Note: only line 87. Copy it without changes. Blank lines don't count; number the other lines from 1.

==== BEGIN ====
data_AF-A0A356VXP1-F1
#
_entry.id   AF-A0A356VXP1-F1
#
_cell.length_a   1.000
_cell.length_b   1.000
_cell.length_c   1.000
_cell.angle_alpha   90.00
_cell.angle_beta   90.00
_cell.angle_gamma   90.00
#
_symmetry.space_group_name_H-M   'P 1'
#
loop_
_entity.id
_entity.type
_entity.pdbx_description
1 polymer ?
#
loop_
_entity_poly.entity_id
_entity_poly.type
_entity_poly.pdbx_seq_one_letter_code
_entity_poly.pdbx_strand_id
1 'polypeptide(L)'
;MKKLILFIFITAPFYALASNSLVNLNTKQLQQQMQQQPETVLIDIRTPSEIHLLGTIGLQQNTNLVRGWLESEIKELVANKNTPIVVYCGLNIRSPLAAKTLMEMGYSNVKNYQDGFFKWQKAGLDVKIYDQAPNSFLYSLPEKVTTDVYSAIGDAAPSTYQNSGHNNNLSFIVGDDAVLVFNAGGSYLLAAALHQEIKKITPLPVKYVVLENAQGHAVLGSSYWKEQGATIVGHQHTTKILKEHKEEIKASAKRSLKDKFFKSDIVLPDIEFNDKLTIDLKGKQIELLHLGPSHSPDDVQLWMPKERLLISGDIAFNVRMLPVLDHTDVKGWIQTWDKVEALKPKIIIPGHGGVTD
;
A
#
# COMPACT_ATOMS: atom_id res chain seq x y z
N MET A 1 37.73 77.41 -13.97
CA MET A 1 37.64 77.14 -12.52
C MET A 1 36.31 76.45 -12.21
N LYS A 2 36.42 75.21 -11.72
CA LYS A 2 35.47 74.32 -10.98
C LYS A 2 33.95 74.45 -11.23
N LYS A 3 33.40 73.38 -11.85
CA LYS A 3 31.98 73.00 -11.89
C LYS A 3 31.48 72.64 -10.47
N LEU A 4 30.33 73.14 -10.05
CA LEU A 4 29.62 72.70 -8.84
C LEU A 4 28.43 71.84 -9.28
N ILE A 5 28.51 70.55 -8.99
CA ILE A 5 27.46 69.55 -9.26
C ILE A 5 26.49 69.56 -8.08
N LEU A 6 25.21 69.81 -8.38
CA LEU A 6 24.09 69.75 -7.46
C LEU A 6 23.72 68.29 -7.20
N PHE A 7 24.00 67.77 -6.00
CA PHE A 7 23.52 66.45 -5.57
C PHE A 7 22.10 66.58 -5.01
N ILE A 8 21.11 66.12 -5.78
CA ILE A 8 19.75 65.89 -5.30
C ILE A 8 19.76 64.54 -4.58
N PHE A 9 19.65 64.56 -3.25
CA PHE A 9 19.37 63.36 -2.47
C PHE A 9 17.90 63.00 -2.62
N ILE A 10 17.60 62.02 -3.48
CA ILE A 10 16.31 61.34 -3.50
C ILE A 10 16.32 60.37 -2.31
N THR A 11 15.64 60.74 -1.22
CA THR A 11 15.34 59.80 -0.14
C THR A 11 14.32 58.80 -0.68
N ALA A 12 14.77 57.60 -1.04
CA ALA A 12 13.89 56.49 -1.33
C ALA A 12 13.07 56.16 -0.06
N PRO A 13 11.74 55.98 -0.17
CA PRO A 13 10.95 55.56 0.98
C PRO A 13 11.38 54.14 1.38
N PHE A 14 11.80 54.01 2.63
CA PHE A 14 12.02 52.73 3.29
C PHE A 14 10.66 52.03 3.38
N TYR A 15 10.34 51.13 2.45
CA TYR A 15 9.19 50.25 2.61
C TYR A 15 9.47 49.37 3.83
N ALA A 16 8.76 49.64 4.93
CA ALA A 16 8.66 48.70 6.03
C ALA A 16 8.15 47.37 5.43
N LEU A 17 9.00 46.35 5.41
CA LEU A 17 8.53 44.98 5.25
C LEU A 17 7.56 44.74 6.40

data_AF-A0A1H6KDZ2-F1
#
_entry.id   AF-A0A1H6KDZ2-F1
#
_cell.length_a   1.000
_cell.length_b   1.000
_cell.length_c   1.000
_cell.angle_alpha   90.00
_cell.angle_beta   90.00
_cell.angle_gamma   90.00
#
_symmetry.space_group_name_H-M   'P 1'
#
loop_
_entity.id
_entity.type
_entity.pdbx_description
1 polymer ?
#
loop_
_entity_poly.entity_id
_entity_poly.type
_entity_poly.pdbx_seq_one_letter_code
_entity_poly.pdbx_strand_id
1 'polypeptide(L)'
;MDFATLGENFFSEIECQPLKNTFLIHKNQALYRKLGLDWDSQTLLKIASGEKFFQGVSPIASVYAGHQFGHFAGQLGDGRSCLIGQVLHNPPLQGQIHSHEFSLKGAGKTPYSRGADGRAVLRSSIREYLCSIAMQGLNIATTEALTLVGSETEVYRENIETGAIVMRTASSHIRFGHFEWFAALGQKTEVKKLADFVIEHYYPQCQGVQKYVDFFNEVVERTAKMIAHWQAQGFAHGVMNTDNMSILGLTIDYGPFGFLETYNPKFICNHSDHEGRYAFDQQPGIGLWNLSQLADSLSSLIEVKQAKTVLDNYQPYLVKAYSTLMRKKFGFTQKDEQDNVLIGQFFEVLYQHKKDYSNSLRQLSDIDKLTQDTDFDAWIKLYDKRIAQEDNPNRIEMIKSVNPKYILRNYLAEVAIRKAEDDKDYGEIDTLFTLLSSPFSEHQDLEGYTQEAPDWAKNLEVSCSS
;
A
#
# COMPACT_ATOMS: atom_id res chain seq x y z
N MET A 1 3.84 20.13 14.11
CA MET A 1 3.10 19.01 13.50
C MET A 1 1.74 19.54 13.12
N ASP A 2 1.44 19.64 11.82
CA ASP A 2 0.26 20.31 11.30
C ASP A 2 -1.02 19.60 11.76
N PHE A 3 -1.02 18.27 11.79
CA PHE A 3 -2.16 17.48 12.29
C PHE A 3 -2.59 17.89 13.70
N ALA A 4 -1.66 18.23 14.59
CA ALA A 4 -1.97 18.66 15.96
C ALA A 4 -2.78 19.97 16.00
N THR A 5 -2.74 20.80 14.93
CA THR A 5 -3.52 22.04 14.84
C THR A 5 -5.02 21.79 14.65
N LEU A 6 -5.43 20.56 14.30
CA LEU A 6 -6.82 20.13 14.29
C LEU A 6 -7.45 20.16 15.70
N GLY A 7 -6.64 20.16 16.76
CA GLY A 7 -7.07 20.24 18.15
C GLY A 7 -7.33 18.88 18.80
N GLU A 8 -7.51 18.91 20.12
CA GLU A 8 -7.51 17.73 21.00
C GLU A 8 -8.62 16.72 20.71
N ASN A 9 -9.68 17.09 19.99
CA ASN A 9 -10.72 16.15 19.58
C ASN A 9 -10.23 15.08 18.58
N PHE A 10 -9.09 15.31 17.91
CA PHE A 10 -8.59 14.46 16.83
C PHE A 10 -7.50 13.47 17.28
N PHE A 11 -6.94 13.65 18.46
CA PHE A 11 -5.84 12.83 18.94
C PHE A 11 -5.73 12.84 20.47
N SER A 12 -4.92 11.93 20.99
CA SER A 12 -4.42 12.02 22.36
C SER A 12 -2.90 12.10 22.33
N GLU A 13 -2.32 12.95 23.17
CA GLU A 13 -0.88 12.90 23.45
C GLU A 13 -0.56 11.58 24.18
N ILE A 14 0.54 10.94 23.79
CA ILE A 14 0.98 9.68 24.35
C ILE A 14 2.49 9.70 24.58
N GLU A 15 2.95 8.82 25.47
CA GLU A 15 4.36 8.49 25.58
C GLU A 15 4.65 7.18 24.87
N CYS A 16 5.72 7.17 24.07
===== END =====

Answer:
_cell.length_b   1.000